I might take a crack at the beyond-ridiculous-bordering-on-creepy ‘Greatest Canadian’ free-for-all that couldn’t find a single woman of a stature ‘great’ enough to be included on a list that sports Don Cherry and David Suzuki (the shame of this alone should have shut the CBC up on this pointless exercise) or perhaps opine upon the cravenness of a Carolyn Parrish who takes a perfectly good position (Bush sucks) and renders it null by choosing to hold it vociferously rather than discuss it fruitfully: somebody tell me – what is the point?
And there’s a word that’s been skittering around my brain like a beetle in a bathtub for the past few months – running around, trying to skip up the side and over, but unable to get purchase it just slides down the sides, madly scratching to escape before circling the plughole and slipping down and out of sight again. The word is ‘entitlement’, and it’s a notion that seems to have gained unhealthy purchase lately – so blindly entitled do so many feel these days that dialogue around morality and ethics (not to mention right and wrong) seem to have left the building along with Elvis. I want to write about entitlement. A lot.
So I’m baaaaack – and ready to roll and write again. I’ve missed this so much… too much; so much so, I sometimes don’t know what to think anymore until I blog about it.
I blame Marc Weisblott.

Sunday, November 14, 2004

Goose stepping for Jesus!

It’s Sunday as I write this and I am (not uncharacteristically) thinking about God.
How can one help it these days? With the power and the glory granted those in the land whose President ostentatiously begs for God’s blessings at the end of each and every address – likely including “Laura, where’re mah socks?” (and with an unremitting fervour that makes you wonder if he knows something... disturbing...) the Almighty is being thrust upon not only Americans, but the rest of the world with a devotion scarcely to be distinguished from tyranny.
It’s frightening to us of a more liberal mien; and far from accepting their victory with a little much needed modesty, and reaching out, and the sort of appeasement that might actually bring us altogether in a ‘Kumbaya’ moment, the winning side are continuing to ram the All Knowing down our collective throats in a manner that could only with the utmost charity be described as immoderate.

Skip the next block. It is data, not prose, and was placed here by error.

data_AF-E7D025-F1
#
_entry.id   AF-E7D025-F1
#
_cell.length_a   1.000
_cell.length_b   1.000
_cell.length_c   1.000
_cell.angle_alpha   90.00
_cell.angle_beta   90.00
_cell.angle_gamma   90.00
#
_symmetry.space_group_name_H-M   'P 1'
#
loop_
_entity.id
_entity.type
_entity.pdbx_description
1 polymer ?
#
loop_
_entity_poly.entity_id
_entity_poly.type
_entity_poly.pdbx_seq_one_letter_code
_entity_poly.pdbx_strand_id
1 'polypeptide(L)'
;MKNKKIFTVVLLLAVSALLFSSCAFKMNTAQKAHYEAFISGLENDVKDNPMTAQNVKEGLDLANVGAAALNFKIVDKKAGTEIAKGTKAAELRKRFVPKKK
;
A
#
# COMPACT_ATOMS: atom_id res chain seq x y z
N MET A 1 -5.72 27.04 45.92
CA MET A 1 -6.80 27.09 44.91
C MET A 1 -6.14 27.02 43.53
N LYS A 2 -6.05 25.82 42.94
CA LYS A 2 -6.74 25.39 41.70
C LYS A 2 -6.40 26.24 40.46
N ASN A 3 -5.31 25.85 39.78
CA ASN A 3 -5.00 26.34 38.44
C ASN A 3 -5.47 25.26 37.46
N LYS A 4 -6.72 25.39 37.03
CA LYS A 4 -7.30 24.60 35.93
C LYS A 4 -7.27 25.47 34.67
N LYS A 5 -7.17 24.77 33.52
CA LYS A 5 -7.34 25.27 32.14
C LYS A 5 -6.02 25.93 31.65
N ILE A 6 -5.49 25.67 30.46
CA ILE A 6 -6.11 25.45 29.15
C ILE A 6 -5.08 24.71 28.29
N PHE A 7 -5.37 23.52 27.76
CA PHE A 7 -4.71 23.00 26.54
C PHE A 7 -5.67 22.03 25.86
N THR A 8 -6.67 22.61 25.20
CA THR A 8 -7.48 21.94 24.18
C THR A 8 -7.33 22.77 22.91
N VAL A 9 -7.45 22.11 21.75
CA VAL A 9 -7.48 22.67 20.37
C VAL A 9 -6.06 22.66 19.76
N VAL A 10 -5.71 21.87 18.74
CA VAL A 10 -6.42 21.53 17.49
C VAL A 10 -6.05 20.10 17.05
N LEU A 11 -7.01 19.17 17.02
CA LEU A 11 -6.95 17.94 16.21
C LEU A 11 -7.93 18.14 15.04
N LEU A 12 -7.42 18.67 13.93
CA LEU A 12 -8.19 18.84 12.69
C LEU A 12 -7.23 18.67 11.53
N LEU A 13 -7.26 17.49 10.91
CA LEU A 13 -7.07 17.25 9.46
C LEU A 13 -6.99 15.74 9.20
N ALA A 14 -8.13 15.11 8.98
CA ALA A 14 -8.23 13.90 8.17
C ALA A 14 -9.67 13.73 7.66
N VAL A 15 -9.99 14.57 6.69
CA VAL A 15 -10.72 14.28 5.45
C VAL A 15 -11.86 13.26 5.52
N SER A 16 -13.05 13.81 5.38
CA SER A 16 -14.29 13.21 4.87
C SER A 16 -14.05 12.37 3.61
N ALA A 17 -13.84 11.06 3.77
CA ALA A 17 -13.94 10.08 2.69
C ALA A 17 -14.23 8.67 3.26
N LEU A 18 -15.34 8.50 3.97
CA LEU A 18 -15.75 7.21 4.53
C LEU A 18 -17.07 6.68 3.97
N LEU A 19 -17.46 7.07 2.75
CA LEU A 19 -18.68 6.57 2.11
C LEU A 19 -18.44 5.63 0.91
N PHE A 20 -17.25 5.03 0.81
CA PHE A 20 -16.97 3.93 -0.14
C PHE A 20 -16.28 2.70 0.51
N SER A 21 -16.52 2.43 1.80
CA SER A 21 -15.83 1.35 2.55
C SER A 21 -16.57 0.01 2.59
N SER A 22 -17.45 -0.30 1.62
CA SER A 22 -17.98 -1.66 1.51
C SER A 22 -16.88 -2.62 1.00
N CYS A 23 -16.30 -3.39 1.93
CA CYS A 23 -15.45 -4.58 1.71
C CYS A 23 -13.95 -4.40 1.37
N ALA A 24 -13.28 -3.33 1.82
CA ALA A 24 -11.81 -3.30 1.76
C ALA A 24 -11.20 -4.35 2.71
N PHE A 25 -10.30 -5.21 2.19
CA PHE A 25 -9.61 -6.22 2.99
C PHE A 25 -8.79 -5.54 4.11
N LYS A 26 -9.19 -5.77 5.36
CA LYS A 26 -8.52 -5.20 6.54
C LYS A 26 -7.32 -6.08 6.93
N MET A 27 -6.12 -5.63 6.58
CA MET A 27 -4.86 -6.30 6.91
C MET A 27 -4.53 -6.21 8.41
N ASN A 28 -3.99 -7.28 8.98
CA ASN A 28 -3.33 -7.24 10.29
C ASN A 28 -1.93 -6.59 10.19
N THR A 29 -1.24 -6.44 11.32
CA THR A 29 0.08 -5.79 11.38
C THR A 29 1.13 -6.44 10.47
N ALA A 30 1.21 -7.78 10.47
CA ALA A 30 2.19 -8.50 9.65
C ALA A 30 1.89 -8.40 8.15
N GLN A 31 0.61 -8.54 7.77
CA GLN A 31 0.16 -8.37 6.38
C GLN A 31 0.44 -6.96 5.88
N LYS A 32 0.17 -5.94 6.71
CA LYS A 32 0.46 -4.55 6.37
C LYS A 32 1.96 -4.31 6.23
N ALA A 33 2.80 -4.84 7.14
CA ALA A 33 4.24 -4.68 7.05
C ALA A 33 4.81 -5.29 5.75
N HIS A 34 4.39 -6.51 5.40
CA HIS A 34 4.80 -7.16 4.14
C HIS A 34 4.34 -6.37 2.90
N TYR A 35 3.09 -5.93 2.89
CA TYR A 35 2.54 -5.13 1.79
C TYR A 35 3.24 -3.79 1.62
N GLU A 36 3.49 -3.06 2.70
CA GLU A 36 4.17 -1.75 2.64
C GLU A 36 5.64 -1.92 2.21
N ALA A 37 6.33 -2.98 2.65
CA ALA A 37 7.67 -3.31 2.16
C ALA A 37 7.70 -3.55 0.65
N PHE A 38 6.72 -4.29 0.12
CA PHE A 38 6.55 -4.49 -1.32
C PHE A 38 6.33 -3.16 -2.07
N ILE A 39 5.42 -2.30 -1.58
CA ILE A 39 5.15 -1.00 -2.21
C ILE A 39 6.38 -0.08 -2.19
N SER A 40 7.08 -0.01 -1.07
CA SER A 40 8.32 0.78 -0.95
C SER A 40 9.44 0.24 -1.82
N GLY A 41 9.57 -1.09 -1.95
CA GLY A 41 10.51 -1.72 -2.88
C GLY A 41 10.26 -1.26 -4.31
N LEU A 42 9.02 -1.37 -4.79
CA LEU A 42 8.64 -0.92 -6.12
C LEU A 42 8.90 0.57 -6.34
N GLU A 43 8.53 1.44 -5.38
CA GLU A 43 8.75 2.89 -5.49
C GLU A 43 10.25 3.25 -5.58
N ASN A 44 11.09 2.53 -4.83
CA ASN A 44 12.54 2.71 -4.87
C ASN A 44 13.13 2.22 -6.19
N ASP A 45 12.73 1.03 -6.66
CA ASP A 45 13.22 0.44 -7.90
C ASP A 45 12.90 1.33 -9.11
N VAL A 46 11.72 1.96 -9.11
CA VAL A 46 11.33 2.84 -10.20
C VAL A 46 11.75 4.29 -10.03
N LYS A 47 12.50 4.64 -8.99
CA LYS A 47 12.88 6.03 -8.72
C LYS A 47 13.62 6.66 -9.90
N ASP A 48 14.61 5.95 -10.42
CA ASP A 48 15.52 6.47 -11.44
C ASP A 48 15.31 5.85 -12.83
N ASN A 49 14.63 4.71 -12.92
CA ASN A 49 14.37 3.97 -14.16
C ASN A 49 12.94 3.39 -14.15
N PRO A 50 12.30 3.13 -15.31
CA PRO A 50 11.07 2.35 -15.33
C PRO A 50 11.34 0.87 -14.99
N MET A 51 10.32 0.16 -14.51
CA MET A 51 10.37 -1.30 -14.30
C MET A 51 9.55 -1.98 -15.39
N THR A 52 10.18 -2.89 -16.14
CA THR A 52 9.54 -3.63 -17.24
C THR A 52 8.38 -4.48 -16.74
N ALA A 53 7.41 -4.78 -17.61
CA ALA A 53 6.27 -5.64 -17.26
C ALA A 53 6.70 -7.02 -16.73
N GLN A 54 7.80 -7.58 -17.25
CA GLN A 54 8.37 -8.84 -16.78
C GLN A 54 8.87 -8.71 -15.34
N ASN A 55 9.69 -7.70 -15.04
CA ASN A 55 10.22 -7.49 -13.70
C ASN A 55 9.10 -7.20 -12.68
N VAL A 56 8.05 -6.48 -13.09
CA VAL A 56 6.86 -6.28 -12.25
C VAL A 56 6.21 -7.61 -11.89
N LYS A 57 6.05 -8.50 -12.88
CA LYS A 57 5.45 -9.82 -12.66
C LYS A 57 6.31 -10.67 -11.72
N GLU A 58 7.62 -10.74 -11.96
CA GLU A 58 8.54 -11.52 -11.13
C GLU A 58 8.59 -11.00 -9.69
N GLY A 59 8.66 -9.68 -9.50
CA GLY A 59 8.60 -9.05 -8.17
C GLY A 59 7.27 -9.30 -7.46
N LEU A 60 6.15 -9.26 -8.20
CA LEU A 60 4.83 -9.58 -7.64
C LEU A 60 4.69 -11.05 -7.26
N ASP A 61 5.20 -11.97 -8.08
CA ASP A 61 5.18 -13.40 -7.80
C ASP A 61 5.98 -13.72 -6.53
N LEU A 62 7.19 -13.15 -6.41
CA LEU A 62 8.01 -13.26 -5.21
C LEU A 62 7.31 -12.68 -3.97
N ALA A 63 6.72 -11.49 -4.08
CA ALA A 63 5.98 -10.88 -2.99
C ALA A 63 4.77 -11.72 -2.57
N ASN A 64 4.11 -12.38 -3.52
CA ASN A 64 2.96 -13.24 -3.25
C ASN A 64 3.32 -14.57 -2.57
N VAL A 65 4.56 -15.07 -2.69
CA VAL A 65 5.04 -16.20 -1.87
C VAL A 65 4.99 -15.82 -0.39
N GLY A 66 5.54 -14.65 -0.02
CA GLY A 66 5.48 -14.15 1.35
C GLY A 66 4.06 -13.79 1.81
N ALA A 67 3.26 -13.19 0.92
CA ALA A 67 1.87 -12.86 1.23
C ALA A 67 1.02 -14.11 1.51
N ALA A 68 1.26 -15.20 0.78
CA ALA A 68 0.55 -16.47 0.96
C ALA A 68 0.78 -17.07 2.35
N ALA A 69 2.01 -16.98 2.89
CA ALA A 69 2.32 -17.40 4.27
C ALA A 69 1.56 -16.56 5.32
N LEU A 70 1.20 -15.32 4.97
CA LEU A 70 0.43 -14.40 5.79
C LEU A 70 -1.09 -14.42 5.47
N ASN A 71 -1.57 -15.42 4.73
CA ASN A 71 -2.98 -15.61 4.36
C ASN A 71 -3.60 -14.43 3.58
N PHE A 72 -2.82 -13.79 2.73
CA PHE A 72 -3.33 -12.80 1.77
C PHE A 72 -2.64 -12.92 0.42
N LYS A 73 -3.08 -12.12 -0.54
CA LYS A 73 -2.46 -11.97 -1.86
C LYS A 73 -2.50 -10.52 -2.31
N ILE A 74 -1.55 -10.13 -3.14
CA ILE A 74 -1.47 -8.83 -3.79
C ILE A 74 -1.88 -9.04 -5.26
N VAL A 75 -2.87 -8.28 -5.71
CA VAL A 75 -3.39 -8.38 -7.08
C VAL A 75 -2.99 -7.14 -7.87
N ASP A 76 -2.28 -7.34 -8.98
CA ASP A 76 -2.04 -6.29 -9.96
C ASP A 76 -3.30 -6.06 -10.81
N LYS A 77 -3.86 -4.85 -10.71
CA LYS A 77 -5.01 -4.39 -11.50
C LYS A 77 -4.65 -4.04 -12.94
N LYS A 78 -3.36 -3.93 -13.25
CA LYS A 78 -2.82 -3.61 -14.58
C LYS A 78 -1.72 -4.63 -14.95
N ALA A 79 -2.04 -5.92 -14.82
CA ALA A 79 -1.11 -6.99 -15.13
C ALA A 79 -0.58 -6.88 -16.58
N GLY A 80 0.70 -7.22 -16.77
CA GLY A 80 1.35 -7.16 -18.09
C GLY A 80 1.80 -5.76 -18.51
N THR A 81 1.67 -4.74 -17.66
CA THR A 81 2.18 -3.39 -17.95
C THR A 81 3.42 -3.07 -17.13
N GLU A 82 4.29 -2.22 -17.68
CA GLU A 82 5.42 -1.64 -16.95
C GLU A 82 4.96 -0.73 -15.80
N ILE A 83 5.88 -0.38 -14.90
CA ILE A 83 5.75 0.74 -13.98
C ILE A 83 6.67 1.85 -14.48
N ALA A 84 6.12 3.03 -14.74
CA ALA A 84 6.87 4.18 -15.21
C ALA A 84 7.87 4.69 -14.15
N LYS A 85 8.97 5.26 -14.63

Quite apart from the leader himself (who as I wrote in my last offering is reaching out to “those who share out goals”) even the Presidential henchpersons are out on the talk shows, spreading the word with a vehemence that sounds more like ‘or else’.
As Maureen Down shared in an op-ed piece in today’s New York Times (essentially ‘The Communist Manifesto’ to Republicans) she’s not getting much of a ‘… peace, charity, tolerance and forgiveness vibe’ from supporters of the new/old regime. Dowd quoted from a letter written by Bob Jones III (Bob? The third?) president of an eponymously titled fundamentalist college to the President, presumably to congratulate to him, but also to offer a little helpful advice.
“In your re-election, God has graciously granted America – though she doesn’t deserve it – a reprieve from the agenda of paganism. Put you agenda on the front burner and let it boil. You owe the liberals nothing.”
She also mentions the talk show contretemps making the rounds. Seems Dr James Dobson, founder and chairman of ‘Focus on the Family’ was appearing on George Stephanopoulos’s show and gave vent to his feelings about Senator Arlen Spector. Apparently the Republican senator had never been a particular favourite, having voted against Robert Bork in the dim and distant past, supported stem cell research in the present, and most recently had made casual mention of the fact that he thought turning Roe v. Wade around mightn’t be the cakewalk others were predicting.
“He is a problem and must be derailed,” said Dobson with chilling finality.
And then the cocky fundamentalist upped the ante, taking a direct shot at Stephanopoulos when the talk show host asked him if he thought making a nasty crack about Senator Patrick Leahy (calling him if not a God hater, then “… a God’s-people hater”) was much of a Christian thing to do.
“George,” Dr Dobson reportedly snapped back (only just restraining himself from squealing ‘how dare you!’ and smacking the TV host across the face with a gauntlet) “do you think you ought to lecture me on what a Christian is all about?”
Dowd suggests maybe he could, Stephanopoulos being the son of a Greek Orthodox Priest and all, but I think that misses the point. Whether Dobson was aware of Stephanopoulos’s Christian credentials, the overweening imperiousness of such a reply, coupled with his sense of his side’s entitlement to think so, is breathtaking.
Makes one wonder what Christ would think.
For such a Jesus-come-lately, the Son of God surely has attracted a militant bunch of adherents. You’d think it would take at least another couple of thousand years to come up with the sort of Messiah that could confound liberal voters to sweep a bunch of war-loving neo con thugs to victory. But in the new millennium, where fundamentalism is the new normal, this modern version of a Christ bent not only on the destruction of those of an alternate belief, but on the subjugation of those whose views differ even slightly, fits like a glove... an iron glove, covered in pointy spikes and dripping with poison, sure; but a snug fit nonetheless.
Forget that namby-pamby Christ of love, and cheek-turning and neighbour loving and hooker-foot-washing, this Christ doesn’t have time for niceties; this Christ has some non-believer ass whuppin’ to do, and we can hardly be accused of being scaredy souls if we notice the whuppin’ is starting closer to home.